Dissecting The Great Gatsby: A Deeper Analysis of Jordan Baker

Although Baz Luhrmann’s stellar adaptation of F. Scott Fitzgerald’s New York Times bestselling novel The Great Gatsby possesses a great many well-transitioned similarities with its paperback predecessor; one of the most intriguing diversions from page to screen was the finalized execution of the characters. Particularly that of Jordan Baker, a famous American pro-golfer of disputed reputation and the de-facto girlfriend of the novel’s narrator, Nick Carraway. From the first, Fitzgerald’s portrayal of the well-off, New York high-rise, luxury-born miss—and thus the reader’s initial takeaway—is that of a snobbish, affluent, flighty woman.

Clearly she is used to achieving her desires hand-to-mouth, and has never truly had to strive for anything a day in her life. She serves primarily throughout the duration of the novel (when she appears at all), as the go-between of the Daisy-Gatsby affiance and the sometimes-girlfriend of bonds man Nick Carraway. Jordan’s transition onto the big-screen, however, is a world apart. She is written with empathy, compassion, refreshingly cynical wit, and a serious to-the-point manner she was not seen to posses throughout the novel. Yet somehow still remaining the over-indulging, careless scuttlebutt Fitzgerald’s reader’s quickly grew to loathe.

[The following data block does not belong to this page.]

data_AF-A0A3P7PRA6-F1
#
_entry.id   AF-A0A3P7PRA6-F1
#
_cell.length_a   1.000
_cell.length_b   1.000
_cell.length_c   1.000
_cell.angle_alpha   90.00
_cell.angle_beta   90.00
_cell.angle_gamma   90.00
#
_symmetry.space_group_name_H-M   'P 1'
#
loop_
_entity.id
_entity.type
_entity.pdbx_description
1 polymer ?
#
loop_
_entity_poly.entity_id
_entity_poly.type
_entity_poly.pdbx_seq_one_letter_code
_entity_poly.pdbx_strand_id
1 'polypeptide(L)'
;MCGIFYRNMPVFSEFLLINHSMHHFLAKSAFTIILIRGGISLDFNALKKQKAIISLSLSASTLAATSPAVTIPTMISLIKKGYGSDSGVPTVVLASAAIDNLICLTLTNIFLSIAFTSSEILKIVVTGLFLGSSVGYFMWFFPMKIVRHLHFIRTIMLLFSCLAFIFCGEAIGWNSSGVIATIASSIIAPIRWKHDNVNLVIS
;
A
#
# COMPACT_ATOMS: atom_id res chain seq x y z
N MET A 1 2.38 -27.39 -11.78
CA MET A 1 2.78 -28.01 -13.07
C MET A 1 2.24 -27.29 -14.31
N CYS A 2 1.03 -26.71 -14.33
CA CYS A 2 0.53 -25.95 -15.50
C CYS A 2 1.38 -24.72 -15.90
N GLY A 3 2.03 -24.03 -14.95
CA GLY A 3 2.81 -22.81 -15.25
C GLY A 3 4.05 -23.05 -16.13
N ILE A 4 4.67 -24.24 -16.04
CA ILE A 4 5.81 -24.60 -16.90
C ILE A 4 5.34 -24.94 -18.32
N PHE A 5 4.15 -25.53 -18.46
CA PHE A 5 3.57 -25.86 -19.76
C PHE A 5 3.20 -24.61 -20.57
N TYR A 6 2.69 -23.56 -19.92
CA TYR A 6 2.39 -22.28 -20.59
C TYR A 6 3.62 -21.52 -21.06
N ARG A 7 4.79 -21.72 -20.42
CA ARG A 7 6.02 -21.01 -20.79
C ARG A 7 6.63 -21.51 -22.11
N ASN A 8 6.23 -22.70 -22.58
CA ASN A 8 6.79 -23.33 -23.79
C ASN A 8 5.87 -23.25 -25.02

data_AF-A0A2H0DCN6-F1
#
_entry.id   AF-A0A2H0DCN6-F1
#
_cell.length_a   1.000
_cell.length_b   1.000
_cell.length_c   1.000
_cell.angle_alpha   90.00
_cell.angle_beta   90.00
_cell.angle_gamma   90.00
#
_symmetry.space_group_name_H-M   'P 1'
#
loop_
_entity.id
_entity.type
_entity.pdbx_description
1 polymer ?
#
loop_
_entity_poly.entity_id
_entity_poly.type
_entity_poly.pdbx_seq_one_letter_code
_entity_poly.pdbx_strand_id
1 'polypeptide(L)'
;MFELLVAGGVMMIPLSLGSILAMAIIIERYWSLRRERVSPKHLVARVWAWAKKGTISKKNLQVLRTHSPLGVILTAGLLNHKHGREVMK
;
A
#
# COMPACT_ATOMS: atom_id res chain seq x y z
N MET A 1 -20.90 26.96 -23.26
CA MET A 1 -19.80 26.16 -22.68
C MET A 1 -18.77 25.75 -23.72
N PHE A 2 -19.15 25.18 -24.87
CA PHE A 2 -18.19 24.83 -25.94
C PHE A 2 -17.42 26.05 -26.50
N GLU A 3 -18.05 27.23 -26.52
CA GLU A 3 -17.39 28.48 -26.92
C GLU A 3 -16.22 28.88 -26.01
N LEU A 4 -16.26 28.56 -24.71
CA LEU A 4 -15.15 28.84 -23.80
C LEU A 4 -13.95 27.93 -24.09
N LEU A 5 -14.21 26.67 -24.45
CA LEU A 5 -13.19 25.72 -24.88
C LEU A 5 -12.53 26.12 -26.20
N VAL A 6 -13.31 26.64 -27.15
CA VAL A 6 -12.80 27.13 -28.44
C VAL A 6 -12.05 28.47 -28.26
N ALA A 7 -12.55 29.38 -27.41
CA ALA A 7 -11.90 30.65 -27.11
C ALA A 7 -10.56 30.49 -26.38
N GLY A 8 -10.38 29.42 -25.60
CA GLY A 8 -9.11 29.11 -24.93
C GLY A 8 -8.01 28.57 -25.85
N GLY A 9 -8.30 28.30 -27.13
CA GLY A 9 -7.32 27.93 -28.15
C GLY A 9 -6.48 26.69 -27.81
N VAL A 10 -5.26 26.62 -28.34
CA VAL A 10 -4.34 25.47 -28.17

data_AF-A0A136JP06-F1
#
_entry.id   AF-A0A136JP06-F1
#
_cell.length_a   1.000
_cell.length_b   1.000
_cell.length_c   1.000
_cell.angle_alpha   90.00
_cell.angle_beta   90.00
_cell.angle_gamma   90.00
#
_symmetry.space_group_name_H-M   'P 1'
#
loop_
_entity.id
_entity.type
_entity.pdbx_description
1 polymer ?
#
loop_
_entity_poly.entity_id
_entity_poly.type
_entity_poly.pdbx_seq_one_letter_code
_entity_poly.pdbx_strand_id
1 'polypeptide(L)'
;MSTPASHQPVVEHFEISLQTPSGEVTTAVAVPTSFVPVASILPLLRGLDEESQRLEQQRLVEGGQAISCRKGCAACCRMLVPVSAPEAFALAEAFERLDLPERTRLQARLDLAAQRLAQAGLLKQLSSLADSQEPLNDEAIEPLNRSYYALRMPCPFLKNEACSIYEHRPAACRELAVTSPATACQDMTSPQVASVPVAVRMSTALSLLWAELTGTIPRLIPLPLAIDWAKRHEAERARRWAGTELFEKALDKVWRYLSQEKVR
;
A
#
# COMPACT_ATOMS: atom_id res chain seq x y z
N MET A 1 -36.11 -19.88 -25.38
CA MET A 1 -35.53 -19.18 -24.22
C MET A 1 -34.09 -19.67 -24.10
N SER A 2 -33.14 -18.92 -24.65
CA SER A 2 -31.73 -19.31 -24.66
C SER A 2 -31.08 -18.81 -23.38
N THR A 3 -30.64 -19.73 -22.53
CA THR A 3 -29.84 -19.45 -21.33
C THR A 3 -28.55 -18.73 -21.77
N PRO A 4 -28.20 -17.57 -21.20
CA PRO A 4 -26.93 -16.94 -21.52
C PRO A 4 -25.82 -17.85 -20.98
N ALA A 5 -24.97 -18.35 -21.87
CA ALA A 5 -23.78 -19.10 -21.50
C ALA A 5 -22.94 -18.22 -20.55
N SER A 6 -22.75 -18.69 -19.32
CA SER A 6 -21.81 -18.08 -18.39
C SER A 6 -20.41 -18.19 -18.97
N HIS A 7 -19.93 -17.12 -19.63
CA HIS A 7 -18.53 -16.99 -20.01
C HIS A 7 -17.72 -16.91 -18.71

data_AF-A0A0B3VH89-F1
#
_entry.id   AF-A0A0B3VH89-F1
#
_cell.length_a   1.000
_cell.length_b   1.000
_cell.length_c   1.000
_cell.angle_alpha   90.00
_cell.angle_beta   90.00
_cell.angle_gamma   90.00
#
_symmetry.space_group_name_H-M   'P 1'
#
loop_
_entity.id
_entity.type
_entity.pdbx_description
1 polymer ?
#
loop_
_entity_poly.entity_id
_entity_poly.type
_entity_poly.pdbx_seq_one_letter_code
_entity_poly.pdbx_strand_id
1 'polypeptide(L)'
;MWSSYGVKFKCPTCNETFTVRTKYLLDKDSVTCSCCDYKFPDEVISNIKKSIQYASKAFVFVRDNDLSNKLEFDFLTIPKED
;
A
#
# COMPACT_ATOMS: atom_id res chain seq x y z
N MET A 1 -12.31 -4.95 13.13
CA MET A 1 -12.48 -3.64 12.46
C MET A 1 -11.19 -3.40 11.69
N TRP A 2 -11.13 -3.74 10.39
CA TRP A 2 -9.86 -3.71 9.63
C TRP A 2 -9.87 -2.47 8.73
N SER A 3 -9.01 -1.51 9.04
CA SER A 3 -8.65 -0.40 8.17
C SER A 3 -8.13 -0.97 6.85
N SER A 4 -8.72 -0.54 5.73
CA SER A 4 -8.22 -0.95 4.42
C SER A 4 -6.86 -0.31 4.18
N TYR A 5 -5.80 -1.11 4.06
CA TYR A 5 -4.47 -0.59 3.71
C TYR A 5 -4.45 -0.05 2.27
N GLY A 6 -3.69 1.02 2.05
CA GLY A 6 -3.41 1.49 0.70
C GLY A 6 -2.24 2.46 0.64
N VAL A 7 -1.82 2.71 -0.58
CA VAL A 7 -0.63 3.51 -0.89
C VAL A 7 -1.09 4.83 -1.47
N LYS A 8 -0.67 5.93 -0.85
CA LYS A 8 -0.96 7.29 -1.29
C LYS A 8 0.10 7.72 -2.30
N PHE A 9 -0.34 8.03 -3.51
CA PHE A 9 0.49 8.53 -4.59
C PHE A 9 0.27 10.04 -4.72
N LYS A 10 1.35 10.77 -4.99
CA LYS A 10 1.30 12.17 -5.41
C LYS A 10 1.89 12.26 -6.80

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Yet let’s not forget she was the catalyst that started the ball rolling. That through her willing manipulation by Gatsby, and in turn her manipulation of Nick, she was the deciding force that—perhaps inadvertently, perhaps purposefully, we’ll simply never know—led to all the destruction that followed: Daisy and Jay’s sort-lived affair, Tom’s impassioned outbursts, Myrtle’s death, and ultimately Gatsby’s death at the hands of George. Her transition from book to screen is nothing less than perfection, and takes the flat, two-dimensional woman Fitzgerald wrote her to be, and molds her into a real person with real, human flaws. By the end of the movie she is, if not quiet beloved, at least begrudgingly respected. In the book, she is seldom seen or thought of, and thus not largely missed—which was the entire point.

Through her—as through all his well-off characters, Nick Carraway included—Fitzgerald made his readers hate money and power and thus any extension of wealth as much as he himself came to loathe the stuff—the imminent, meaningless stuff! Jordan was, as all woman Fitzgerald wrote were, his device to express everything he hated about his lifestyle, his wife, and the hapless 1920s Bohemian New York he had chosen to call home. Jordan Baker remains one of the most elusive characters of Fitzgerald’s The Great Gatsby. She is a woman seldom seen and it is this fact—or perhaps because of this fact—that she becomes the flat, two-dimensional, deceptive woman whom his readers quickly grow to loath. This is perhaps why it’s all the more reason her three-dimensional transition to screen is such a masterwork.